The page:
Comox Valley Water System

Comox Valley Water System

The Comox Valley Water System serves approximately 45,000 people. Water from Comox Lake is currently drawn from the Puntledge River, and flows through a network of reservoirs, pumping stations and transmission mains or pipes. The CVRD supplies bulk water to distribution systems operated by the City of Courtenay and Town of Comox as well as the Comox Valley Water Local Service Area.

Construction of the Comox Valley Water Treatment Project kicked off in fall 2019 and is well underway. The new system, scheduled for completion in 2021, will comply with the provincial surface water treatment objectives guideline. 

Comox Valley Water Treatment Project

The CVRD also operates three other water systems within the Comox Valley.

Sharing Our Water

Comox Lake Bluffs

Water in the Comox Valley Regional District needs to be used efficiently. The water from Comox Lake and the Puntledge River is licensed and used primarily by BC Hydro for electricity generation and by Fisheries and Oceans Canada for hatcheries and other habitat projects. In addition, the water source has numerous important ecological values and uses.  The following organizations are key partners in protecting this shared resource:

Comox Valley Water Distribution System Infrastructure


The West Courtenay, Marsden, Comox, Crown Isle and East Courtenay reservoirs are required for fire storage, emergency storage, water pressure and to balance flow throughout the day (including meeting peak hourly demand).

Pump Stations

The Ryan and Dingwall pump stations are required to distribute water throughout the supply system when gravity supply is not possible. The Puntledge River pump station is the Comox Valley's backup source during periods when BC Hydro is undertaking maintenance or repairs on the penstock. The East Courtenay pump station and Marsden pump station both pump directly to parts of the distribution system that sit at higher elevations.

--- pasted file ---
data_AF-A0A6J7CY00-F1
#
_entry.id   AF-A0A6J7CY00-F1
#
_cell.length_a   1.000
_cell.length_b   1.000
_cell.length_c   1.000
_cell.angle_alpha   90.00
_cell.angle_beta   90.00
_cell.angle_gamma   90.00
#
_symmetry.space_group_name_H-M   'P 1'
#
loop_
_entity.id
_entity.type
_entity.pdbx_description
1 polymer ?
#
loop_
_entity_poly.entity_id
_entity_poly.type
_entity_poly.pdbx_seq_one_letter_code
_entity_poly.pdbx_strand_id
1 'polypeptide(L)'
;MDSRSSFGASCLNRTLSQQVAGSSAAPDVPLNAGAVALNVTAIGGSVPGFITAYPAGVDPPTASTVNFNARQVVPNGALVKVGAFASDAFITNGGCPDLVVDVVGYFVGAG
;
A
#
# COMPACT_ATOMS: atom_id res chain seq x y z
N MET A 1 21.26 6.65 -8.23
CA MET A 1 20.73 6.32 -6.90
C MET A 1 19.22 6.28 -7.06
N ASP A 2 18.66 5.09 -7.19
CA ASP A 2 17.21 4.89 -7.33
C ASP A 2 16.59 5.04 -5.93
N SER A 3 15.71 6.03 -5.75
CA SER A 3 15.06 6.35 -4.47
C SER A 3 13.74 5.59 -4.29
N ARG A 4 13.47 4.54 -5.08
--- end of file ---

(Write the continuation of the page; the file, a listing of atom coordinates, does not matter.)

Chlorination Facility 

The chlorination station on the Puntledge River is required to disinfect the water to safe standards set out in the Canadian Drinking Water Guidelines.

Supply Watermains

Supply, or transmission, watermains are required to distribute large volumes of water throughout the system, for example from the chlorination station to the reservoirs.

Comox Valley Water Local Service Area

The Comox Valley Regional District (CVRD) merged six of its water distribution services into one greater Comox Valley system. The Comox Valley (function 305), Sandwick (306), Greaves Crescent (309), Arden (311), England Road (314) and Marsden/Camco (317) services were merged as of January 1, 2019 and are now collectively referred to as the Comox Valley Water Local Service Area.

Merging the six former water distribution services into one reduces the financial burden for small service areas in the case of unplanned or emergency repairs, allows for more coordinated and comprehensive planning and decision making for the entire water system and simplifies the billing process, reducing administrative costs.